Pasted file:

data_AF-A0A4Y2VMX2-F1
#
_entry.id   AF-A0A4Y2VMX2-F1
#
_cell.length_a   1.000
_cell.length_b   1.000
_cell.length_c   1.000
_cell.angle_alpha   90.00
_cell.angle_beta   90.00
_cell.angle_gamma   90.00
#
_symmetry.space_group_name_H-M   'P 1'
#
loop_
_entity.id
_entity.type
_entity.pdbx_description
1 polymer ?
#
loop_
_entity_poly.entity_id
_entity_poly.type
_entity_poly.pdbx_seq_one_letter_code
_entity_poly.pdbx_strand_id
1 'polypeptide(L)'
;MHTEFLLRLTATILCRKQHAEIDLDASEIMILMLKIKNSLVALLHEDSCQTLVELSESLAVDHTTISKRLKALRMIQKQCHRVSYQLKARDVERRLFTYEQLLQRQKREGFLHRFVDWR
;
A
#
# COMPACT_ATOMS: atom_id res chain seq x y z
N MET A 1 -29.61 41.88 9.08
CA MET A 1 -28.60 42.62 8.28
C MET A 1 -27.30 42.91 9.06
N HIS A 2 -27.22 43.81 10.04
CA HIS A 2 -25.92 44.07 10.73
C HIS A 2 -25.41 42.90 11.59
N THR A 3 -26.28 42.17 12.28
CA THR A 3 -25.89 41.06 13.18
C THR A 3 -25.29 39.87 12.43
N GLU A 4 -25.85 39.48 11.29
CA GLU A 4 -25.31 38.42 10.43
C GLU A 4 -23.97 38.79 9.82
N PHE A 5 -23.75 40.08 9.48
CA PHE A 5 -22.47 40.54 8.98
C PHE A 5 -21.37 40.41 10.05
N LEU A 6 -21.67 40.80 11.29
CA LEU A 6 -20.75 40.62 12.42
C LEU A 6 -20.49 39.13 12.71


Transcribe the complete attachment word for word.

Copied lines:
data_AF-A0A4Y2VMX2-F1
#
_entry.id   AF-A0A4Y2VMX2-F1
#
_cell.length_a   1.000
_cell.length_b   1.000
_cell.length_c   1.000
_cell.angle_alpha   90.00
_cell.angle_beta   90.00
_cell.angle_gamma   90.00
#
_symmetry.space_group_name_H-M   'P 1'
#
loop_
_entity.id
_entity.type
_entity.pdbx_description
1 polymer ?
#
loop_
_entity_poly.entity_id
_entity_poly.type
_entity_poly.pdbx_seq_one_letter_code
_entity_poly.pdbx_strand_id
1 'polypeptide(L)'
;MHTEFLLRLTATILCRKQHAEIDLDASEIMILMLKIKNSLVALLHEDSCQTLVELSESLAVDHTTISKRLKALRMIQKQCHRVSYQLKARDVERRLFTYEQLLQRQKREGFLHRFVDWR
;
A
#
# COMPACT_ATOMS: atom_id res chain seq x y z
N MET A 1 -29.61 41.88 9.08
CA MET A 1 -28.60 42.62 8.28
C MET A 1 -27.30 42.91 9.06
N HIS A 2 -27.22 43.81 10.04
CA HIS A 2 -25.92 44.07 10.73
C HIS A 2 -25.41 42.90 11.59
N THR A 3 -26.28 42.17 12.28
CA THR A 3 -25.89 41.06 13.18
C THR A 3 -25.29 39.87 12.43
N GLU A 4 -25.85 39.48 11.29
CA GLU A 4 -25.31 38.42 10.43
C GLU A 4 -23.97 38.79 9.82
N PHE A 5 -23.75 40.08 9.48
CA PHE A 5 -22.47 40.54 8.98
C PHE A 5 -21.37 40.41 10.05
N LEU A 6 -21.67 40.80 11.29
CA LEU A 6 -20.75 40.62 12.42
C LEU A 6 -20.49 39.13 12.71